All-day internal meetings and detail-driven bosses are two things that Cassandra L. Carson can do without. “I don’t want to be micromanaged,” says the assistant director, enabling technologies, University of Michigan. “I want to be empowered to make decisions and get things done. My current boss is phenomenal, but I’ve worked for people who don’t want you to move without their blessing.”
A single mom, Carson juggles her high-pressure position with the care of four children. “My oldest daughter just turned 17,” she explains. “I have two sons who are 10 and 7. My youngest is 18 months. She is actually my niece, who I’m in the process of adopting. She had a rough start. Born addicted, she spent her first six weeks in the neonatal intensive care unit.”
For relaxation, Carson opts for long walks. “I put my iPhone on and tune everything out.”
What’s your most exciting project at the University of Michigan?
About three years ago, we started a mobile application pilot, one of the first native app developments for the university. We delivered a campus life app that gives students directory information, what’s available at the dining halls, news, campus maps, and events.
And the reaction?
The first thing students asked is, “When are you going to have the Android version?” Since then, we’ve gotten lots of input on different functionalities students would like. Right now, they can see their schedule, and we’re updating our app so that they can register for classes.
Where do the ideas for apps come from?
Primarily from students. We purchased a prototype of our first app from two students who developed it in a class. We’d been thinking about developing a similar app and when the students did a demo, we said, “Wow. They’ve already done all the things we’ve been thinking about.” We ended up rewriting the app because it needed to be scalable, secure, and sustainable, but the concept was great.
What can institutions do to encourage innovation among their employees?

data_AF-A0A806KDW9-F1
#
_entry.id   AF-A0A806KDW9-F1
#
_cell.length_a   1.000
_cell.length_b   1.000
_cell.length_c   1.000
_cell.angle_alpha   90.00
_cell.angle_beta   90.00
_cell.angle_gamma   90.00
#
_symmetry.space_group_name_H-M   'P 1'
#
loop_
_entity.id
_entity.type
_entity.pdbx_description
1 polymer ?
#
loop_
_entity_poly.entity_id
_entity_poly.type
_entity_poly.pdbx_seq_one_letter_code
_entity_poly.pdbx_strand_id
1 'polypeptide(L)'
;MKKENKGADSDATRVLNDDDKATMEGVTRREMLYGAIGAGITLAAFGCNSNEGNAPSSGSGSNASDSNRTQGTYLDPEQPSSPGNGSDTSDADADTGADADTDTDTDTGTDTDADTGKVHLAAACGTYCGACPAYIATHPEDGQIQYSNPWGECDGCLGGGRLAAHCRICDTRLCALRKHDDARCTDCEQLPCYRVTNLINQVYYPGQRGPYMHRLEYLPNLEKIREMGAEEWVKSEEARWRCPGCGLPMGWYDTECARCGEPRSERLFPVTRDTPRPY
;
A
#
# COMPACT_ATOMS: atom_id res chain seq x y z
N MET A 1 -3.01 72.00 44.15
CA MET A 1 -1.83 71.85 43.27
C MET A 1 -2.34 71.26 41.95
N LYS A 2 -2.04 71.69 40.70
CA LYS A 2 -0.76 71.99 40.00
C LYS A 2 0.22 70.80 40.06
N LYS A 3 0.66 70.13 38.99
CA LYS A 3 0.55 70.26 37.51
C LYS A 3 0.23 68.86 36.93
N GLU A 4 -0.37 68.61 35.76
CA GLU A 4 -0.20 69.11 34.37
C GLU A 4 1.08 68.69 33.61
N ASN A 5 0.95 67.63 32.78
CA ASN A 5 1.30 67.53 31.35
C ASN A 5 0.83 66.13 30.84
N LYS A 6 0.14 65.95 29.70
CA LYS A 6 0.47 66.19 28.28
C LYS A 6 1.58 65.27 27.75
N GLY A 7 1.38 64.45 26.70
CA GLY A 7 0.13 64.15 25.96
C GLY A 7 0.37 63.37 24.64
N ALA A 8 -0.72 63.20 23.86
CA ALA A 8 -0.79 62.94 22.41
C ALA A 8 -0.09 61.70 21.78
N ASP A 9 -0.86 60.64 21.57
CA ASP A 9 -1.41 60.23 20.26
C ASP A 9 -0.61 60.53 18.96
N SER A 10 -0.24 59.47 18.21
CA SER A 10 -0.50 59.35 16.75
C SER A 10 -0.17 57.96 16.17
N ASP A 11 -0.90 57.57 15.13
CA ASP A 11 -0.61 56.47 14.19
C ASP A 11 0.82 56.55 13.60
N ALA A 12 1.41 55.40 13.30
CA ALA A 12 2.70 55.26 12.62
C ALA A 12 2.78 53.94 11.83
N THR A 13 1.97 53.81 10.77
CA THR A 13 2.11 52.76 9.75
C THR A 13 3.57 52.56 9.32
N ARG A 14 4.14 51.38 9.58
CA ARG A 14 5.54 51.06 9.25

Enable employees, give them opportunities, and then get out of their way. Right now, with budget cuts, the workload on our employees is just overwhelming. We have multiple projects in the queue—all top priority. Employees have no time to just step back and think. They don’t have time to ask, “Why am I doing this? What value will it provide? Could I do it differently or better? How?”
I’m a fan of a Harvard Business Review strategy that encourages employees to “get up on the balcony” and survey the landscape. When they do that, ideas start sparking. If they stay in the forest doing their day-to-day project work, employees just keep trudging along and miss opportunities.
Institutions need to offer an avenue for staff to be innovative.
How can they do that?
They can sponsor programs that show employees how to be entrepreneurs, encourage them to showcase their ideas, and provide monetary compensation, seed money, or resources—like personnel or technology—to help them work through their ideas.
Any skill you use that you never thought you’d need?
Soft skills. In IT you would think I just need to know how to work through the technical details, but especially at my level, it’s all about relationship building, negotiation, and conflict resolution.
What mistakes are institutions making in technology?
Not fully leveraging available technology. For example, how are kids learning today? Kindergartners are using iPads in their classrooms. Yet college students are still carrying around these big thick textbooks when they could be carrying a tablet. When they look at a tablet, it’s not just words on a page. They can interact with it, they can see pictures, they can watch a video clip, or they can dive down into some other detail. Learning becomes engaging and exciting.
Are we really preparing to teach children, who have grown up with technology and have smart phones, in lecture halls?
MARGO VANOVER PORTER, Locust Grove, Virginia, covers higher education business issues for Business Officer.